This year, however, Mother Nature smiled upon the community's celebration of all things winter, with nary a snowflake or subzero temperature reading in sight through its 12-day run.

"The weather was finally in our favor for pretty much everything," said Amy Stoller Stearns, a longtime member of the Polar Fest planning committee.

"It was almost too warm," added fellow committee member Beth Pridday.

Not that anyone was complaining. The final days of Polar Fest saw at or near record-setting participation — and crowd enthusiasm — for most events, culminating in Saturday's Polar Fest Plunge and related festivities, which raised over $60,000 for the Boys & Girls Club of Detroit Lakes.

"If only we could have weather like this every year," joked Boys & Girls Club Executive Director Pat Petermann, who doubled as a co-master of ceremonies for Saturday's Plunge, along with James Vogt.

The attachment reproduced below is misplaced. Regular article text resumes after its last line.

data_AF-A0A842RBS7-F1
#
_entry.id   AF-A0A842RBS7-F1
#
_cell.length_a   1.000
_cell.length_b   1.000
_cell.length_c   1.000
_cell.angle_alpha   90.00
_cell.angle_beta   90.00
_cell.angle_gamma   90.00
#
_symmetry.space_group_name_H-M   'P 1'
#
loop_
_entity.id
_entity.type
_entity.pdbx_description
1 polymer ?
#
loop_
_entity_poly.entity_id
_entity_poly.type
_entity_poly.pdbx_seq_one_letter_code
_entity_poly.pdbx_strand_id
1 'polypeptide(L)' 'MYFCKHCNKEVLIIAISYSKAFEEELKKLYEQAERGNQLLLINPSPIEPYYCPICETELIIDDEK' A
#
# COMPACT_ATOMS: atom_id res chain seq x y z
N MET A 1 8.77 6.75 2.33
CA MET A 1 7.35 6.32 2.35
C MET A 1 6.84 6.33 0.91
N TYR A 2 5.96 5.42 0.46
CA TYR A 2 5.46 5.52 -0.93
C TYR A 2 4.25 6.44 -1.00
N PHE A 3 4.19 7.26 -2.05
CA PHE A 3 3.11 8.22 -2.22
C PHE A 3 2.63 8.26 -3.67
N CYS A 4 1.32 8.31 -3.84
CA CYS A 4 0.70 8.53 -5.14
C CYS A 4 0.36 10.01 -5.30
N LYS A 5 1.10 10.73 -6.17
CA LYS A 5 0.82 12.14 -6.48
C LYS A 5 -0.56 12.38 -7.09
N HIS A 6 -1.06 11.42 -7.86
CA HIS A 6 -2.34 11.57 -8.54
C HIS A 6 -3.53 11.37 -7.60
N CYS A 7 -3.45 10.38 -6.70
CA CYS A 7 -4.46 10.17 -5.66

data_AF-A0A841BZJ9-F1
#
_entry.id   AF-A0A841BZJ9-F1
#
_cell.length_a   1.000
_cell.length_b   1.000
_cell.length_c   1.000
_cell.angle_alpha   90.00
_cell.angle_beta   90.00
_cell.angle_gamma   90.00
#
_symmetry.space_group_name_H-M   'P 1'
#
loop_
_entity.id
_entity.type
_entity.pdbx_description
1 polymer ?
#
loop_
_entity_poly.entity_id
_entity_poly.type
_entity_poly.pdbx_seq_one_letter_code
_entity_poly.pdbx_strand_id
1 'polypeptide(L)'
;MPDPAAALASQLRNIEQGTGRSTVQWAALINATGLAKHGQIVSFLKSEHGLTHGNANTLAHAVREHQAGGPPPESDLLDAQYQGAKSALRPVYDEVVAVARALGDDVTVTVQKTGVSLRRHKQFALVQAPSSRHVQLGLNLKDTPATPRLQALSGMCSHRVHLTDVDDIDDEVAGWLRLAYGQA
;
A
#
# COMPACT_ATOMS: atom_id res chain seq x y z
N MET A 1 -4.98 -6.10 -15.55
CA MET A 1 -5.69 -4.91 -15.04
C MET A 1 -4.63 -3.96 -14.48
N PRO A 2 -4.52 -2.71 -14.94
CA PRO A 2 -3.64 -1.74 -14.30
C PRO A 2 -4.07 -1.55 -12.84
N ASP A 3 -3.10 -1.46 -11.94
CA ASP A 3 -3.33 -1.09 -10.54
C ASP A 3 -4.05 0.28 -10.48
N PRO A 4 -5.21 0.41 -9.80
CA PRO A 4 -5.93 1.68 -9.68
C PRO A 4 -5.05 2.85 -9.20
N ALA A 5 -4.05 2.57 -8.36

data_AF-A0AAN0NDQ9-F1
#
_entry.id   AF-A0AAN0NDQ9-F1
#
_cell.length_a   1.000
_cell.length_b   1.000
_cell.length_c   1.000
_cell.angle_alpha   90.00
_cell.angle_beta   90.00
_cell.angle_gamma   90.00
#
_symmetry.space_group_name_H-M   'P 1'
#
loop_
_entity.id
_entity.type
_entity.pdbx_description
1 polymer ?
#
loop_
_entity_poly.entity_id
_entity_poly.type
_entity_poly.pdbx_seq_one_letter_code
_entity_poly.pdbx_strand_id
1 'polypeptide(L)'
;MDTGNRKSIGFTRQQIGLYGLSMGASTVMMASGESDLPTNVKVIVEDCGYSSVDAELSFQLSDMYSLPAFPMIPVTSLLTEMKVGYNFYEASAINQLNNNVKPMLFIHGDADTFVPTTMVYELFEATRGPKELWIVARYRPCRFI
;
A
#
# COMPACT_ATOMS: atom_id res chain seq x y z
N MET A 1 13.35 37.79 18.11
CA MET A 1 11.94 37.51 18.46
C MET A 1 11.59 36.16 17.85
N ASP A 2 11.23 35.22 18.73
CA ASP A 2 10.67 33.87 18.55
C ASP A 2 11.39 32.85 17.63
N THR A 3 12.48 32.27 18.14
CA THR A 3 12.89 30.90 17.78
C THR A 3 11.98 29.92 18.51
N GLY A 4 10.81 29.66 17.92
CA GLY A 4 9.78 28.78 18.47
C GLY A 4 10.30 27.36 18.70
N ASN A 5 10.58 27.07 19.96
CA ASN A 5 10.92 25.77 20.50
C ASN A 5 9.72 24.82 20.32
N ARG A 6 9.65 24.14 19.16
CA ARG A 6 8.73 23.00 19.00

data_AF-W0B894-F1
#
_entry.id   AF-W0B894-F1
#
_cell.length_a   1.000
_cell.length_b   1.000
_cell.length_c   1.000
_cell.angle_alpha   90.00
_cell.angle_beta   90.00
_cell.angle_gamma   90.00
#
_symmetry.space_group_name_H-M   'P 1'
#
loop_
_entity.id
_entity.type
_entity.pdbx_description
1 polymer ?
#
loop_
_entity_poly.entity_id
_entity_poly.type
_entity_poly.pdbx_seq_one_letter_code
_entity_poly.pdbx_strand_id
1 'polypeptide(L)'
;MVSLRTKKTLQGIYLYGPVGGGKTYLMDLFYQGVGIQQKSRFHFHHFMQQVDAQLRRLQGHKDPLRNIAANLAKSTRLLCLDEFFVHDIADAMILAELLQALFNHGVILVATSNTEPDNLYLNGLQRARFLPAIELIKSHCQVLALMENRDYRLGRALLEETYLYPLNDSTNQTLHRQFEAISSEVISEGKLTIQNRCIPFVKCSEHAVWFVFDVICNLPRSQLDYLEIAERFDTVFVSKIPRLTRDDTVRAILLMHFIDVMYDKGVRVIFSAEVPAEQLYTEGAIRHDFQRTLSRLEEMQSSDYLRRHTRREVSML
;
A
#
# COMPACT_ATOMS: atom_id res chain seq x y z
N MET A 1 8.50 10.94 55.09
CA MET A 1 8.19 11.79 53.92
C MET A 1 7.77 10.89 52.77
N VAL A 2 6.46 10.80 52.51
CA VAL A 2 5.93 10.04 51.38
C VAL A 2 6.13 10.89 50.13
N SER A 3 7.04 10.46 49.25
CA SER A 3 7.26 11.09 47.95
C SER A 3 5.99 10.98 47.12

The Plunge drew participants from as far away as Pittsburgh, Pa., Las Vegas, Nev., Omaha, Neb., and Arizona, added Sue Trnka, the Boys & Girls Club's resource development director.

"We had 95 'plungers' who raised $16,582," Trnka said, which was more than enough to earn the $10,000 match that had been pledged by BTD Manufacturing prior to the event. With the raffles held at both the Plunge Kickoff Party on Friday night and on the ice Saturday afternoon, including nearly $7,000 in prizes donated by area businesses, that put the total at over $60,000 for the weekend, Trnka added.

Organizers of the week's other events also reported better-than-average participation and crowd attendance.

"There were 23 teams registered for the Ice Tee (golf tournament) on Friday," Pridday said. "That was a record number. They had two courses set up for us to golf on."

She said there was even a group who came to the event on a bus from Bismarck, N.D., as part of a bachelor party.

"They had six teams registered," Stearns said, though only four teams actually ended up participating. "The groom told us that if he'd gotten married in the summer, they would have gone golfing, so they decided to go here."

"They read about it online and decided to get on a bus and go," Pridday added.